• tooth remineralization and strengthening through fluoride release and/or the release of other minerals

Types of Bioactive Regenerative Materials

Materials placed in the mouth will have an influence on the tissues in the oral environment. Different types of bioactive regenerative materials have different advantages and disadvantages. Various types of bioactive regenerative materials are described below.

Bioactive Resin-Modified Glass-Ionomer Cement

Glass-ionomers are used to temporarily fill deciduous teeth and are also well-tolerated for the purpose of permanently sealing bridges and crowns. They are somewhat soluble in saliva, allowing the surface to become porous and therefore pick up debris and stain. Glass-ionomers have a chemical bond with tooth structure and may aid in remineralization of the remaining dental structures by the release of fluoride, and they have a chemical bond with dental tissue. They also assist in the prevention of bacterial microleakage through adhesion with ion exchanges.11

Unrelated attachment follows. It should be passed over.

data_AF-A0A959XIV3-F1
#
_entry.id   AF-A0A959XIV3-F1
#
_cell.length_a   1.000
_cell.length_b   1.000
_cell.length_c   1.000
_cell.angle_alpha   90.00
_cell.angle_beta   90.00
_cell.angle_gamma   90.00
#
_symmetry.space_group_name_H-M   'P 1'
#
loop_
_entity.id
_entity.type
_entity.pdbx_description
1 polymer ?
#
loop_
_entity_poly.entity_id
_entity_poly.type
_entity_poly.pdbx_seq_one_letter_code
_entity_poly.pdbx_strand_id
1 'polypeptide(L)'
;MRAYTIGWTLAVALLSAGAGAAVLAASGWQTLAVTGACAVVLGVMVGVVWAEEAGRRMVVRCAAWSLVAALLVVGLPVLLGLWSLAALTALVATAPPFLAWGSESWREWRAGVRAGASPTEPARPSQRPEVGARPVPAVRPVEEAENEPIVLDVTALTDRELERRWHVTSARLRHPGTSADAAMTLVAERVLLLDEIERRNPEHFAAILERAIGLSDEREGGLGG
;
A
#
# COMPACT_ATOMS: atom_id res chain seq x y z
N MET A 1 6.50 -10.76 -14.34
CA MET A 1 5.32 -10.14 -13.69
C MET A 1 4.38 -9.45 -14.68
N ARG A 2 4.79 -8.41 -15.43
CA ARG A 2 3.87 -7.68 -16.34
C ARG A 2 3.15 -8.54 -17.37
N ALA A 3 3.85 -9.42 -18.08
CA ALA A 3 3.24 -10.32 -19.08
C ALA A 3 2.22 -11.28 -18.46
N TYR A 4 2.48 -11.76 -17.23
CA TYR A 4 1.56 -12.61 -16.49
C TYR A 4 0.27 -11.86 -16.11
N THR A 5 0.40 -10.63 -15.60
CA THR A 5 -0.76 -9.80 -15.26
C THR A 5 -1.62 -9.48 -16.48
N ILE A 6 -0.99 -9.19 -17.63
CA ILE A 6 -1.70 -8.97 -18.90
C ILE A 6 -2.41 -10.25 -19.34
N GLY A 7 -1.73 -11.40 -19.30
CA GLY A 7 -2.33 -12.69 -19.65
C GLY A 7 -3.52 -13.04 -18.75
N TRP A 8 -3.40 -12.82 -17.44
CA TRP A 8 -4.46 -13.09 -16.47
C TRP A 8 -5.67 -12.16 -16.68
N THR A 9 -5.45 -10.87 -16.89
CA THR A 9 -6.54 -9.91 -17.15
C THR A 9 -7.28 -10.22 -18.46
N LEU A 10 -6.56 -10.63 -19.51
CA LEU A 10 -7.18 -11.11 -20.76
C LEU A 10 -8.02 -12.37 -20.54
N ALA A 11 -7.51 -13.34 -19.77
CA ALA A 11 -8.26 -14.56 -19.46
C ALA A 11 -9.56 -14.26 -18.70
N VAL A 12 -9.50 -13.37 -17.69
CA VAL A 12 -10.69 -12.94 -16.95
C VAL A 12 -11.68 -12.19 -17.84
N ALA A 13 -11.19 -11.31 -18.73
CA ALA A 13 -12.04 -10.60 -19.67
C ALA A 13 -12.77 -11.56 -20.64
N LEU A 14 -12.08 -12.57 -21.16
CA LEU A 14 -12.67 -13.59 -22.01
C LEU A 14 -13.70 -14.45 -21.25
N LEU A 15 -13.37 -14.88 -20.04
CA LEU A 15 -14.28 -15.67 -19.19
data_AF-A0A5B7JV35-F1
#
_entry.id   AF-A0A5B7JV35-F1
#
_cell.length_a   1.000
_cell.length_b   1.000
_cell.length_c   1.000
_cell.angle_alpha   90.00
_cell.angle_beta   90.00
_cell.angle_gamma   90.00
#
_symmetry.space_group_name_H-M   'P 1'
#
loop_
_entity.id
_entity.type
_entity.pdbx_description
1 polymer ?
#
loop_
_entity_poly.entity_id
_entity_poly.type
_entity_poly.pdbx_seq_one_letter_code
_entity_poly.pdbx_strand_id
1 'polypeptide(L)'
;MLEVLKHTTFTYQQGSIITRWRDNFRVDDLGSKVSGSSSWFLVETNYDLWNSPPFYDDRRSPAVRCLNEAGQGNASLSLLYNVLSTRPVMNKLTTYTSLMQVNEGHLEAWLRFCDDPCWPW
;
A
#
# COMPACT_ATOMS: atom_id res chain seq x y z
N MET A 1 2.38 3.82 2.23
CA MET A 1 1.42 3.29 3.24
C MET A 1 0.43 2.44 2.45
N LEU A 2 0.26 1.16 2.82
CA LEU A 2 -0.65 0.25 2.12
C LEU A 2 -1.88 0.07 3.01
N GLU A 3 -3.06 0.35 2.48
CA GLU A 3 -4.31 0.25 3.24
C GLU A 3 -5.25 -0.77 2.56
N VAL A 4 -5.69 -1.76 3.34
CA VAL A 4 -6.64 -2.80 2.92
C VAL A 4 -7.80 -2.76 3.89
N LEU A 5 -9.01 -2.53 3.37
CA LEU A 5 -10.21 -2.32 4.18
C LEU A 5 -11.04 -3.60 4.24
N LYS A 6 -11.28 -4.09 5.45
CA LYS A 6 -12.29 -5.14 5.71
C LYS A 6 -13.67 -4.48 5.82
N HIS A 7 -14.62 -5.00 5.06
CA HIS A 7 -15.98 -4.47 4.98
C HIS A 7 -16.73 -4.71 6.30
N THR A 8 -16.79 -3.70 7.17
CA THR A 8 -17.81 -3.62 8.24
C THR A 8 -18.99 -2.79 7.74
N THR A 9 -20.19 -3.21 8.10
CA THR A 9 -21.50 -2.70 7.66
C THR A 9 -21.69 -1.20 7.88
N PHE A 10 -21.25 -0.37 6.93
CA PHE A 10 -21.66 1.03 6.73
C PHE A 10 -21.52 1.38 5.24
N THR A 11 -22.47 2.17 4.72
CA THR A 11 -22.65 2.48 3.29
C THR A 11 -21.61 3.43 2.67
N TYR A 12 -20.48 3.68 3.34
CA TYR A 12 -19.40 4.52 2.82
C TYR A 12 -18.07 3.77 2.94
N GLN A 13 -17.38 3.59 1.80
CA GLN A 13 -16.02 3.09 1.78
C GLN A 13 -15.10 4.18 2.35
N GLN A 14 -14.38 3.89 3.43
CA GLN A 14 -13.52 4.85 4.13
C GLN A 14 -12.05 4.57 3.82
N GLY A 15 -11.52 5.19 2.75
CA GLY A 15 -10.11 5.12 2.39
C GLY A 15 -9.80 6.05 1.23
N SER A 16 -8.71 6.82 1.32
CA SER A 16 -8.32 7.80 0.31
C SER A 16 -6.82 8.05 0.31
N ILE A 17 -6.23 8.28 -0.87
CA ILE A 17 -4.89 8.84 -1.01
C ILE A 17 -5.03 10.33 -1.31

Giomers

Bioactive materials elicit a response from living tissue in that they are dynamic, not passive, and release ions that can result in changes at the tooth surface by stimulation of remineralization.12Bio-interactive materials are those that release ions promoting a change in the environment near the tooth but that aren't necessarily used by the tooth for remineralization.13

Giomer is a relatively recently developed group of restorative materials based on surface pre-reacted glass (S-PRG) technology, where special fillers are added in the resin matrix.  These are bio-interactive, bio-compatible materials that have the physical and esthetic properties of composite resins but also with high radiopacity, an anti-plaque effect, fluoride release, and recharge.14 Their long-term clinical performance has been favorable.

Bioactive Composites